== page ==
Fixed IncomeSep 28 2015

UK urged to follow SEC’s lead on bond fund liquidity

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UK urged to follow SEC’s lead on bond fund liquidity

Mr Hollands agreed that a suspension of daily dealing may be the right thing to do in the event of a liquidity crunch, but he was unsure who would be willing to make the first move.

“I very much doubt any asset manager would want to be the first to put their head over that parapet, as such a move would be very unpopular with investors, even though it would lower systemic risks and ultimately protect investors’ interests,” he said.

But Mr Haynes said he “totally disagreed” with changing the practice of daily dealing.

“I think it is imperative that bond funds should have daily dealing,” he said. “Removal of this would significantly reduce their appeal and cause significant concerns for investors regarding accessing their money in the asset class.”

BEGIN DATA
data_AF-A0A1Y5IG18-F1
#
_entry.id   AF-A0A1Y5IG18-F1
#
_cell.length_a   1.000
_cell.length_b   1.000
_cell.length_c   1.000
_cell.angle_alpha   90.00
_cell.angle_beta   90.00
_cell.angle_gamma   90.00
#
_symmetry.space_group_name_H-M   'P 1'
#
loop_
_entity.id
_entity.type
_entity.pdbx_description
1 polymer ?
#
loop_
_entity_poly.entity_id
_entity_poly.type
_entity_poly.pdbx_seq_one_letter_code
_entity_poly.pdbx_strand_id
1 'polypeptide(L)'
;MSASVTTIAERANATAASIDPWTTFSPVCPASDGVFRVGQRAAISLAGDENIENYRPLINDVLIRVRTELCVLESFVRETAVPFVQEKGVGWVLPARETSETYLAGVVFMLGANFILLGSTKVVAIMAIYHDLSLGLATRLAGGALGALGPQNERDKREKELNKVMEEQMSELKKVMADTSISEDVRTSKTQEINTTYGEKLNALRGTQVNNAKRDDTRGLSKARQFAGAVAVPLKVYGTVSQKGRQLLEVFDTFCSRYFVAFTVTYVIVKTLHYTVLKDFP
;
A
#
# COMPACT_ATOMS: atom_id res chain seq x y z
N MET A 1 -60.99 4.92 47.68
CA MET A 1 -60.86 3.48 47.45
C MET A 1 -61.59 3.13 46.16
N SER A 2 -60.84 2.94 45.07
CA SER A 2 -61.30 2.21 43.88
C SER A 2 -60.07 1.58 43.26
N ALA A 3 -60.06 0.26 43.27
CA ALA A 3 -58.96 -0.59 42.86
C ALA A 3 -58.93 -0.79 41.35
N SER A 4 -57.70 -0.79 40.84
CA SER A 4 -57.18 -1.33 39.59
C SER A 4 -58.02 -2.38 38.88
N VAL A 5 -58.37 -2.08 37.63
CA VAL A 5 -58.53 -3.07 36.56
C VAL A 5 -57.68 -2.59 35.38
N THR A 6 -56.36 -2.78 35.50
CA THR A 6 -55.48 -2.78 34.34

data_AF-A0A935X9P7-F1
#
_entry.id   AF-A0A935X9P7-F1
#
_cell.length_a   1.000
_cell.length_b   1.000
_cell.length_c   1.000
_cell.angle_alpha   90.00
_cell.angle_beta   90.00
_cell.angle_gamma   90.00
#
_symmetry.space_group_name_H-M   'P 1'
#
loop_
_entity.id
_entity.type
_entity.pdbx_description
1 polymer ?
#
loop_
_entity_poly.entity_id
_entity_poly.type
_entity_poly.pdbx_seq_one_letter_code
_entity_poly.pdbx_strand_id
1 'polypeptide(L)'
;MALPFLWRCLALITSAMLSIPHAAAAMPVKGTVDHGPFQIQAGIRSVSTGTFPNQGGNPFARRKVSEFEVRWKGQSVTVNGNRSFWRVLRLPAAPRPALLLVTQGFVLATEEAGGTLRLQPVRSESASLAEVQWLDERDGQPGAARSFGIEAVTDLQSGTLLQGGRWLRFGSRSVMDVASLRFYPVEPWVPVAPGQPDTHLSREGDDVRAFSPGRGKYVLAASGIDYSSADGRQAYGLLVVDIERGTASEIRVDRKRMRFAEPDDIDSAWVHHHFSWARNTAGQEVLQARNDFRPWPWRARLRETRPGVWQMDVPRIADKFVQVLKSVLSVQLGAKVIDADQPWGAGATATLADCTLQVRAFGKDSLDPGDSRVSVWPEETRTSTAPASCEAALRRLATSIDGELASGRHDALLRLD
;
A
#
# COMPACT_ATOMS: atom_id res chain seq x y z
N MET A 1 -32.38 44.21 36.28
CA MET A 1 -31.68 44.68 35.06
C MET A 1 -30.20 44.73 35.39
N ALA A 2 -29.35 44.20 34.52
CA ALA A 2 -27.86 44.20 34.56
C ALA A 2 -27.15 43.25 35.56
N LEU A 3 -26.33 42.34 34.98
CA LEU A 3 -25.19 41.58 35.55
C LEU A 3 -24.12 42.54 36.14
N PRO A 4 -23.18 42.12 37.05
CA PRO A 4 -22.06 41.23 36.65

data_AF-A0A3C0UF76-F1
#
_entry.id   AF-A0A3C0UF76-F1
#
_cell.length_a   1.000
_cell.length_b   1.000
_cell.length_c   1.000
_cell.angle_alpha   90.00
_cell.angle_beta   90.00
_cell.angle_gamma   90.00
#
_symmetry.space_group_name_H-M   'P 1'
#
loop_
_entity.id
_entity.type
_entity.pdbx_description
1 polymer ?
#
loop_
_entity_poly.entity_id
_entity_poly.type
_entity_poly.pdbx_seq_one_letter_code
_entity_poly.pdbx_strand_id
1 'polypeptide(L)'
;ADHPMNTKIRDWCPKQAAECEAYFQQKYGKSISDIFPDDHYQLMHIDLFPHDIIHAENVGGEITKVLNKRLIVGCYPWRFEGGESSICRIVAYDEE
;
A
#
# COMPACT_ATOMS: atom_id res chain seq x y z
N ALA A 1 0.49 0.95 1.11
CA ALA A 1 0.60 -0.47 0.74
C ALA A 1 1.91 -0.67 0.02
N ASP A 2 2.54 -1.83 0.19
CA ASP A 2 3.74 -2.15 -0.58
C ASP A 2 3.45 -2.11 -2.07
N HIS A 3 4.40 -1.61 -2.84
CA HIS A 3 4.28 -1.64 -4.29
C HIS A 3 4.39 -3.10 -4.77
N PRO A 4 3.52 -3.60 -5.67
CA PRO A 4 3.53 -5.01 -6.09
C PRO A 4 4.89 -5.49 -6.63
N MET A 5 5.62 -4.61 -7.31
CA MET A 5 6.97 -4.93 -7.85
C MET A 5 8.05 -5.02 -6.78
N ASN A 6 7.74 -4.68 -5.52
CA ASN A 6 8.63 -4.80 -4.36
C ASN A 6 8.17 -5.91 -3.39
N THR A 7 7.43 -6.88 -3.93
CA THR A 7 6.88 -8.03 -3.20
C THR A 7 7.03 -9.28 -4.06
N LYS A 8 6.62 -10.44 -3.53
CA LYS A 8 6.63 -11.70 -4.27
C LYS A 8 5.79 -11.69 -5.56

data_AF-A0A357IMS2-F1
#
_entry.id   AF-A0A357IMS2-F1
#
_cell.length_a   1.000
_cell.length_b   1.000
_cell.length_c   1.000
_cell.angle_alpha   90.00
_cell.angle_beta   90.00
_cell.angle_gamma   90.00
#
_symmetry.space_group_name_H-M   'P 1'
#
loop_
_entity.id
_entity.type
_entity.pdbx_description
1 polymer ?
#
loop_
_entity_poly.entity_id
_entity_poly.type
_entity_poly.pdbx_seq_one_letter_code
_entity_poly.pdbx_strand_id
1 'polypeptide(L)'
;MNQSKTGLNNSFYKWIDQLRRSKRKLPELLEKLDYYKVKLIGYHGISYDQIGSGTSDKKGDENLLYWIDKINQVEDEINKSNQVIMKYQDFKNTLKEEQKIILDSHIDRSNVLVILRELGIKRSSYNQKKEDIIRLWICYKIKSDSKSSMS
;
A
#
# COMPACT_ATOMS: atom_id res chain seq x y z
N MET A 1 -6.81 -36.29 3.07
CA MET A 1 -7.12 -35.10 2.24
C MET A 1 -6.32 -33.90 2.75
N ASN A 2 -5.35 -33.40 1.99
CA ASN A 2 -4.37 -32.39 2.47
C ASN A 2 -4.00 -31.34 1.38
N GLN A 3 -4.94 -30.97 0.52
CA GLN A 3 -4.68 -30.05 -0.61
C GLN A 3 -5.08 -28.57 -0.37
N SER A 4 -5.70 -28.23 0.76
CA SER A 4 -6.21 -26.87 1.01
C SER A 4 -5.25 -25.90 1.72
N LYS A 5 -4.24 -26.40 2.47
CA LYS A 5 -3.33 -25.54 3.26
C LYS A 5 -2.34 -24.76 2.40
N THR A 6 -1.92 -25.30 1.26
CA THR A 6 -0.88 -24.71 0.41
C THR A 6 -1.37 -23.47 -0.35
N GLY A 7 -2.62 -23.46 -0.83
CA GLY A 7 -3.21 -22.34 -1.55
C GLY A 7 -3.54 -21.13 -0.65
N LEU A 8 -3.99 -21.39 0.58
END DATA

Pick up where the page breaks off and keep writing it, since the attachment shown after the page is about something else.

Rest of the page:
These comments follow the conclusion of a six-month study into redemptions by the Bank of England’s Financial Policy Committee last week. It revealed that the current system “reduces incentives for [fund] investors to redeem if they suspect others will do the same”.

But the committee added that further work is necessary “on the potential impact of correlated investment behaviour by investment funds and of the measures those funds could deploy under stress”. It will report on these findings in December.

SEC’s liquidity proposals

The rules voted for by the SEC last week will require US mutual funds and exchange-traded funds to have a four-point “liquidity risk management programme”, involving:

■ A classification of asset liquidity, divided into six categories, based on the number of days for a fund’s position to be converted into cash;

■ An assessment, regular review, and management of a fund’s liquidity risk;

■ The creation of a three-day liquid asset minimum, detailing what proportion of a fund could be liquidated in this time frame – without unduly affecting prices;

■ Board approval and review of the programme, conducted by a fund’s independent directors.